Sunday, August 24, 2014

Let's Really Talk About Race

This is no way to conduct a conversation
So many kind, well-intentioned white people seem to be on “autopilot” when it comes to issues of race in America. Specifically, when persons of color insist they regularly experience racial oppression, their statements often get minimized or worse, refuted by the white person, often followed by a canned problem-solving lecture on American values and equality of opportunity. Yet some so-called races are more equal than others.

More than a few white folks believe race is no barrier to success; for persons of color who are floundering, in order to make it, just work harder, learn to proper speak English, pull up the sagging pants and along with them your bootstraps.

Downgraded or ignored with disappointing regularity are festering wounds caused by racially oppressive policies and practices (and the historic institutions that prop them up). Like a virus invading the body, institutional racism has overridden our moral compasses and systematically infected every nook and cranny of our great society.

But unlike most influenza cases, which cause temporary physical harm, racism inflicts enduring, often invisible emotional and psychological damage. For nonwhites like me, the injuries can be readily apparent and a near everyday occurrence. Ironically, whites suffer too; most just can’t see or feel it. How could they without knowing the “symptoms”?
Let's stop the trash talking on all sides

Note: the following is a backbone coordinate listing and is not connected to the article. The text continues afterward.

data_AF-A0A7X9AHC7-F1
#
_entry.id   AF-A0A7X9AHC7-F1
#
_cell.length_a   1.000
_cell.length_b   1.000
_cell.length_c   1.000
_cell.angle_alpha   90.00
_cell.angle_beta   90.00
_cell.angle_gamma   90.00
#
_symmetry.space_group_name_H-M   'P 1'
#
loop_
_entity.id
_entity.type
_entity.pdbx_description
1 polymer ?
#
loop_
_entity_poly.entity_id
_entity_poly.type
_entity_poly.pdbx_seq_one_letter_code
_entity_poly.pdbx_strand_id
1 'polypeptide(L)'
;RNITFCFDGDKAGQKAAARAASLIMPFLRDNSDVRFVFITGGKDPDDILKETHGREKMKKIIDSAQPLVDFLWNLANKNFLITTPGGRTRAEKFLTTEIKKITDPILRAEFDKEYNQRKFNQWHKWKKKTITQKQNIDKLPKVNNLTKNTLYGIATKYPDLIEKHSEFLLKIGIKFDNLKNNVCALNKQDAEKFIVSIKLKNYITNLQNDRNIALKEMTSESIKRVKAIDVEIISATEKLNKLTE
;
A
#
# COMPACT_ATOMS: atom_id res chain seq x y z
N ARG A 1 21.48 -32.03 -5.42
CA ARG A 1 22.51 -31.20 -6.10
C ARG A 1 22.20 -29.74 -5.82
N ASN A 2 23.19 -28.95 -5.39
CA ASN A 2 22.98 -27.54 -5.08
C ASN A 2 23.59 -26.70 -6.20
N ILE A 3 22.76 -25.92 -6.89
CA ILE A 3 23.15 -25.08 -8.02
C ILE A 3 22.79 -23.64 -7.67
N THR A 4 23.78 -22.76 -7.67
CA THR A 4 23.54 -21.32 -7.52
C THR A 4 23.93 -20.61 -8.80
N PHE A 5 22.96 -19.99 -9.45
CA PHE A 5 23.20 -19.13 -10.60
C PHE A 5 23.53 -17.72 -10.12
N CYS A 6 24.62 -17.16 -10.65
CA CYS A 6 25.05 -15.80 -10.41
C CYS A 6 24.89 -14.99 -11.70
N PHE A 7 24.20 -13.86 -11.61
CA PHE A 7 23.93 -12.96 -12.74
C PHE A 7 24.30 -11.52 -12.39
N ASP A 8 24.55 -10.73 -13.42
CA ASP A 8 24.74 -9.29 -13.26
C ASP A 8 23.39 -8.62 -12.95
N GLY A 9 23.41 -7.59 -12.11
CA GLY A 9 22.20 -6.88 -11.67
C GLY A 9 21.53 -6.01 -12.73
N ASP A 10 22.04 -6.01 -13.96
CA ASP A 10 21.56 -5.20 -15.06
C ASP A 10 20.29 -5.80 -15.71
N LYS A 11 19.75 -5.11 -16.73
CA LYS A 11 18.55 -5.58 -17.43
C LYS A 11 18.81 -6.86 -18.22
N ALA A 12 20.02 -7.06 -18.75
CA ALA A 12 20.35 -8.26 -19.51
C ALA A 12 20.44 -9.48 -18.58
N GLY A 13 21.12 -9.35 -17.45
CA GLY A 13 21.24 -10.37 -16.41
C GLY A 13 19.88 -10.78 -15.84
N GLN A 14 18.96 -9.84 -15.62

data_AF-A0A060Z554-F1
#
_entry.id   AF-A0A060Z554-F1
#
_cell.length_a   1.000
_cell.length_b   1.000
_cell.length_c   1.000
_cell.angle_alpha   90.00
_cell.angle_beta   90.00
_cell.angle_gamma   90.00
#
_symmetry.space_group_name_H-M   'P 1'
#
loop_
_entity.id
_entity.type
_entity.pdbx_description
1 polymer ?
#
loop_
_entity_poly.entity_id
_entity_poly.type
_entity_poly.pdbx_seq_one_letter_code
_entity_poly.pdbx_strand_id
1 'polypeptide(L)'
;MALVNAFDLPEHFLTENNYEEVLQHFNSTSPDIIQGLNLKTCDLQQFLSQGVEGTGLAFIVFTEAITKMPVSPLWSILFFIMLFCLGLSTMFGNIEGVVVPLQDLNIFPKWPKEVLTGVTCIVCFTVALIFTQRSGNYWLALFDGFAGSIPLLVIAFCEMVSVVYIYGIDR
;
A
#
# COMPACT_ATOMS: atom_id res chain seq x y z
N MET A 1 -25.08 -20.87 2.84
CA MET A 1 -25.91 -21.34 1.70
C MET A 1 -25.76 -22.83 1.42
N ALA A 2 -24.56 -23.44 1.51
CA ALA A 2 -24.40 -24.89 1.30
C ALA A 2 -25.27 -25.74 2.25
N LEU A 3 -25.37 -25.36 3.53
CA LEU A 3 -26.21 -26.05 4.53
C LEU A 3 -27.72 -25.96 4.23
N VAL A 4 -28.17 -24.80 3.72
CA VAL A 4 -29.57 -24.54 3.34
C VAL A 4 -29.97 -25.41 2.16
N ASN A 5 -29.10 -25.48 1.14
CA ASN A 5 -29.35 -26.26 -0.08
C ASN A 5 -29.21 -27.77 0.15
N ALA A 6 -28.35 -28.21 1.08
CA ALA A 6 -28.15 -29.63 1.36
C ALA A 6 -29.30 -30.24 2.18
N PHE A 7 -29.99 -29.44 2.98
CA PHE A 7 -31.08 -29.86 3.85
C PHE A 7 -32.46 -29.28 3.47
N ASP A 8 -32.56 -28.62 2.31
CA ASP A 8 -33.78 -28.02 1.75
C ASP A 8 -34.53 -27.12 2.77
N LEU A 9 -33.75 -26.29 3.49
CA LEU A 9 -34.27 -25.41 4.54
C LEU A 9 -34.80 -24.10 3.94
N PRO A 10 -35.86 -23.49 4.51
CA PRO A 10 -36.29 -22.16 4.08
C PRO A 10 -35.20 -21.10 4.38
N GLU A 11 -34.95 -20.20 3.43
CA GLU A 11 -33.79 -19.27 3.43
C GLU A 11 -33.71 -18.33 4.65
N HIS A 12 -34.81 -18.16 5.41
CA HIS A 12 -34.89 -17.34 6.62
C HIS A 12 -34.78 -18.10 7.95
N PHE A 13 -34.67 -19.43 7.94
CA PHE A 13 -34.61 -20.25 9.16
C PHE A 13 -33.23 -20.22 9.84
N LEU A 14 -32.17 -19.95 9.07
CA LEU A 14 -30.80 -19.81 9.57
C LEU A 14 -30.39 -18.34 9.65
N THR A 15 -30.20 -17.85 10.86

Being part of the dominant race group in America, a white person has the luxury of choosing to be, or not be, part of the racial oppression conversation. But like toxic waste buried deep underground, it eventually leeches out. And it does so in ways that are obvious and not so apparent.

When most folks finally do get around to talking about race, it tends to be conducted in ways that affirm their position, and usually with people who agree with them. The result: little dialog around the issue’s deep, often contradictory complexity.

Heard from both sides: “It’s their problem.” “Talking about it only fuels the issue.” “Why can’t they all act more like [fill in the blank]?”

Even when we’re not talking race, we’re thinking about it. All of us. Consciously and unconsciously. Science bears this out in countless studies on the reality known as implicit bias.

Race is a complicated subject. It’s messy and painful in a way that has no single remedy. Hard work, yes. Education, yes. But also empathy. Race is a subject in which all sides should be heard. Dialog, not monolog. With deep, active listening for understanding happening on all sides.

Most of us are stuck though. Pinned down in the trenches of self-righteousness. We assess other positions based on our own rigid, unwavering stance. Fueled by whichever network talking heads best represent the simplistic soundtrack looping in our minds.

Possibilities become unlimited through honest dialog
The result? Stalemate. No progress. The same verbal assaults, armed with age-old rhetoric so cemented in our psyche that we’re not even open to the single most scary possibility of all: what if we’re wrong? No ideas, just ideals. It’s like World War I again, but the combat employs words instead of bullets. Well, sometimes bullets are used…

Time to declare a ceasefire. Time for all sides to come to the table for straight talk. Not an angry discussion but an authentic one in which all sides speak from the heart; and all sides listen. It’s a dialogue that avoids topics like who did what to whom and when. Been there, done that. Instead let’s explore how we might collectively transform the nature of our society and its currently broken systems (education, food, healthcare, housing, etc.) into ones that facilitate opportunities for all, no matter our race.

Like all hard discussions, there’s only one right time; and that’s now. I, for one am ready. There are others. Will you join the dialogue?


Follow J.R. on Twitter @4humansbeing or contact him at

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